One of the preoccupations with a heteronormative society is to scrutinize the identities of non-hetero people. A clear example of this can be seen among the bisexual population, where the straight (and sometimes gay) populations discredit the “bisexual” identity. Some claim that bisexuals are just “gays in denial” or straight, but “going through a case.” For some, that may be the case. For others, not at all. The bottom line is that it really should not matter what someone identifies as. Everyone has their own definition of their own orientation, and it is ignorant and presumptuous to simply say that one’s identity is “incorrect.”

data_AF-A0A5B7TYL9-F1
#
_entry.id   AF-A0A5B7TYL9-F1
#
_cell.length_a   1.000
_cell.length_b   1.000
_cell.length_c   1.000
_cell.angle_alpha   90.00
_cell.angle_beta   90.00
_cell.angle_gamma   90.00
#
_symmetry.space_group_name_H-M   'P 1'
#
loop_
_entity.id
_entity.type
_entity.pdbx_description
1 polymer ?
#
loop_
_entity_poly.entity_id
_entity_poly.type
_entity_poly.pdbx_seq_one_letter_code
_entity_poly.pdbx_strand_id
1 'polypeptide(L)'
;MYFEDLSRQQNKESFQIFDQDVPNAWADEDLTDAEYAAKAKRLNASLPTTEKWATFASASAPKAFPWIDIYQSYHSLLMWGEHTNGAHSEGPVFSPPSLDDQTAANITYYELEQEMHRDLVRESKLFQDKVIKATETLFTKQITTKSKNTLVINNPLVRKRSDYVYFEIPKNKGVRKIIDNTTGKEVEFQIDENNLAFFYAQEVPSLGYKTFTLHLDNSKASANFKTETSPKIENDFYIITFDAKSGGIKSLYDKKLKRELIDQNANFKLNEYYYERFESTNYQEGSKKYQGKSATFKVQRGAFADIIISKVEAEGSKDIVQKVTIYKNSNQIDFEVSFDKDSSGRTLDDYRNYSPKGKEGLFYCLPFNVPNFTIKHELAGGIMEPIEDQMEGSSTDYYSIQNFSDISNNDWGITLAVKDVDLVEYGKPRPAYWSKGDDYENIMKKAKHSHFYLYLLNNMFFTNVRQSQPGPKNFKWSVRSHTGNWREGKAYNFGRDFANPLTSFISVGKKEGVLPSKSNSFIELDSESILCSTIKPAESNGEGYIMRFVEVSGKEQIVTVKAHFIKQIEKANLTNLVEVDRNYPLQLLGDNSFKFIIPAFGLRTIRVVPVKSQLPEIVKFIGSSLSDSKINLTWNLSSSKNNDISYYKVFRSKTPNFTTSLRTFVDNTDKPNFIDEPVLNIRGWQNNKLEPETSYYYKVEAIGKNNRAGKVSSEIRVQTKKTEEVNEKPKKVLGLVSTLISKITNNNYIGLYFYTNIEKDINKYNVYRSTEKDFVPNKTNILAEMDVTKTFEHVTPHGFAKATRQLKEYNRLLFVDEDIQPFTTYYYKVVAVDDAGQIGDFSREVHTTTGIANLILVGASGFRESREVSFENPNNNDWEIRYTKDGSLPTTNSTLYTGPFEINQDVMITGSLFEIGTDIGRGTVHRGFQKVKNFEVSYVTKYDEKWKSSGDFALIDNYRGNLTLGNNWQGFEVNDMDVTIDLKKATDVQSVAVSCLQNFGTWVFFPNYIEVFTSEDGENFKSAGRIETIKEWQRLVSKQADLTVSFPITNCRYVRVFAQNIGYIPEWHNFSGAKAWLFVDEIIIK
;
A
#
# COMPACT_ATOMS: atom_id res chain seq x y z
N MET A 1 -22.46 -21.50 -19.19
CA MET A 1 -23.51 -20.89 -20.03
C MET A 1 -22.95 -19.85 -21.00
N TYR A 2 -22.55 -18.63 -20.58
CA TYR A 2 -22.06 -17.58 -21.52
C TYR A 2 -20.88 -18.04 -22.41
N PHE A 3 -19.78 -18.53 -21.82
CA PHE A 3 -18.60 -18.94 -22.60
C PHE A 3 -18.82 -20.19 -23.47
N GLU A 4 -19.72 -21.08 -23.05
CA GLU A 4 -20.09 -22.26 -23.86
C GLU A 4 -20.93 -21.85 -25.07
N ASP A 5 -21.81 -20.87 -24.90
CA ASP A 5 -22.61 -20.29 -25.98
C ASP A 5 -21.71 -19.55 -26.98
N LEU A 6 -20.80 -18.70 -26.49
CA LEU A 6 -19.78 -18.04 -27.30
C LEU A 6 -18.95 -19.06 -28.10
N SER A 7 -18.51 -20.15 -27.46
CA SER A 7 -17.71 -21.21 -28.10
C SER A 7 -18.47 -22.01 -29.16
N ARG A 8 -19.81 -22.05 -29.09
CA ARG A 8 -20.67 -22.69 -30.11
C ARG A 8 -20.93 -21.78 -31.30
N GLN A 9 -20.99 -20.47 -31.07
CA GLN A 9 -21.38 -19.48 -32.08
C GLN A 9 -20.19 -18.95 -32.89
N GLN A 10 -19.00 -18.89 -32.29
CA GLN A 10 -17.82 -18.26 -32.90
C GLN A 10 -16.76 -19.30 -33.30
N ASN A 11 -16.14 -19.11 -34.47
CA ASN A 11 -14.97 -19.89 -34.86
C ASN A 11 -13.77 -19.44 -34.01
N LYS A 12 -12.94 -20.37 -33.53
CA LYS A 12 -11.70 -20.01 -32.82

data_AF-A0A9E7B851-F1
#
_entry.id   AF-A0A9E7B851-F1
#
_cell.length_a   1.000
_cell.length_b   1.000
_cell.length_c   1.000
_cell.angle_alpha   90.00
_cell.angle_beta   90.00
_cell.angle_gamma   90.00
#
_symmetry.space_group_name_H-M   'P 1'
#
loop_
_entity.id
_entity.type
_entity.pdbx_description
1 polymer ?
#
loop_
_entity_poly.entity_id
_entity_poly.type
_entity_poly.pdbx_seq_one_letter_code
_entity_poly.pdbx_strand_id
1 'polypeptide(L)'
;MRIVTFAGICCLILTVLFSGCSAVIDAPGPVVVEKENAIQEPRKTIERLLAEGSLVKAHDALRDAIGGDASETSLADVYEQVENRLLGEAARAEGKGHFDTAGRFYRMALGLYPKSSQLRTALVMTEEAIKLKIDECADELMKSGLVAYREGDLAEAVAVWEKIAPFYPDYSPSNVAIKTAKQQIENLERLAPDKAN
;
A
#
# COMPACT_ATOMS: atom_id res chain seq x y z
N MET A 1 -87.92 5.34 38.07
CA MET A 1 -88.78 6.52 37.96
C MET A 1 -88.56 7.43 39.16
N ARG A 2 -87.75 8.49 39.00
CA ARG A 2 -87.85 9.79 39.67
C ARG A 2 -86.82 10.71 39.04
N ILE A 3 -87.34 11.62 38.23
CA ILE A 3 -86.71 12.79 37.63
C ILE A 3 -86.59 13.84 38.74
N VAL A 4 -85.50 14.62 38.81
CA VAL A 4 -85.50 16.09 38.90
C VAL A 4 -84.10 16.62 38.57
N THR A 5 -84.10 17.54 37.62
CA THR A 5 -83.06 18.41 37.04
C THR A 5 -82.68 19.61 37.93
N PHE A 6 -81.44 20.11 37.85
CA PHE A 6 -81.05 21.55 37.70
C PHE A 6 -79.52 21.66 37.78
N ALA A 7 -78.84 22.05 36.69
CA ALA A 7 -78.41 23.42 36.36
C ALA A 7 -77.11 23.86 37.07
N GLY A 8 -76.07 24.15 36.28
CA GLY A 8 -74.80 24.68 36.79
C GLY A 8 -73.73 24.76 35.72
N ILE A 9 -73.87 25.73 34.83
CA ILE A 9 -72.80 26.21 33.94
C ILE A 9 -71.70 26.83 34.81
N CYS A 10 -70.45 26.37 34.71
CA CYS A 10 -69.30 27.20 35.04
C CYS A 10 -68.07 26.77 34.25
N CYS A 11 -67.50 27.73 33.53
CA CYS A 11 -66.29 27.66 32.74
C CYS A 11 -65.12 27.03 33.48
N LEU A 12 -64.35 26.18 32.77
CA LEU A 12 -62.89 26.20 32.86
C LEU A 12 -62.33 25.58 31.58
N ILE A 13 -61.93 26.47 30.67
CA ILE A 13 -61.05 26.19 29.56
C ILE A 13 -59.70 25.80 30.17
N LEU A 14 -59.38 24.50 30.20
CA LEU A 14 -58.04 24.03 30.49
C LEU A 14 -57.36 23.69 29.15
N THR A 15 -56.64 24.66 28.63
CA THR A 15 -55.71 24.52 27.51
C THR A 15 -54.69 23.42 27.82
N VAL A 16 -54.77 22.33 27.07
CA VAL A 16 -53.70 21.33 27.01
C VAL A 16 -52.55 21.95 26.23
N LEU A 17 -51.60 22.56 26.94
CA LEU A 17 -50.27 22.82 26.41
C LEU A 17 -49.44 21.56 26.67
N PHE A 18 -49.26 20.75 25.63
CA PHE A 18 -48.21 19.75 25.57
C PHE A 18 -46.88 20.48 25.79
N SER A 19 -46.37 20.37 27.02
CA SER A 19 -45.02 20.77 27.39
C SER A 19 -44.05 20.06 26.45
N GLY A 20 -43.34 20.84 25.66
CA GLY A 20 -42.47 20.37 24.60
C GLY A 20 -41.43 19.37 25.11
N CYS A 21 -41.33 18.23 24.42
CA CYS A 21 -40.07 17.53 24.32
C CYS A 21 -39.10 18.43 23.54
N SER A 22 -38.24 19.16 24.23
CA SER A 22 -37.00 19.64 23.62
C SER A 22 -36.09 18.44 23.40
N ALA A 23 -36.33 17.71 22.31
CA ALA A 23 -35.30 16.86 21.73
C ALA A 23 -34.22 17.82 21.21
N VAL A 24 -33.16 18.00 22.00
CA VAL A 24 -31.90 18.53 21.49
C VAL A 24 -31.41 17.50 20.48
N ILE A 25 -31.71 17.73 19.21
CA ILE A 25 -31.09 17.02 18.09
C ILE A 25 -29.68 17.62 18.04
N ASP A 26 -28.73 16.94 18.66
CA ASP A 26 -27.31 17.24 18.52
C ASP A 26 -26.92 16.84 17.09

One identity that has come under considerable scrutiny for lacking a clear definition is asexuality. In the documentary (A)Sexual, we are introduced to a number of people who identify as asexual, but very few of them conduct their romantic and sexual activities in the exact same way. Some maintain a long term romantic partnership devoid of sexual interaction. Some acknowledge that they do engage in some sexual behaviors, but prefer to do so without the presence of a partner. Because asexuality itself seems to be a spectrum, people are very hesitant to accept someone’s identity as an asexual body because it differs from their own prototype of an asexual in their mind.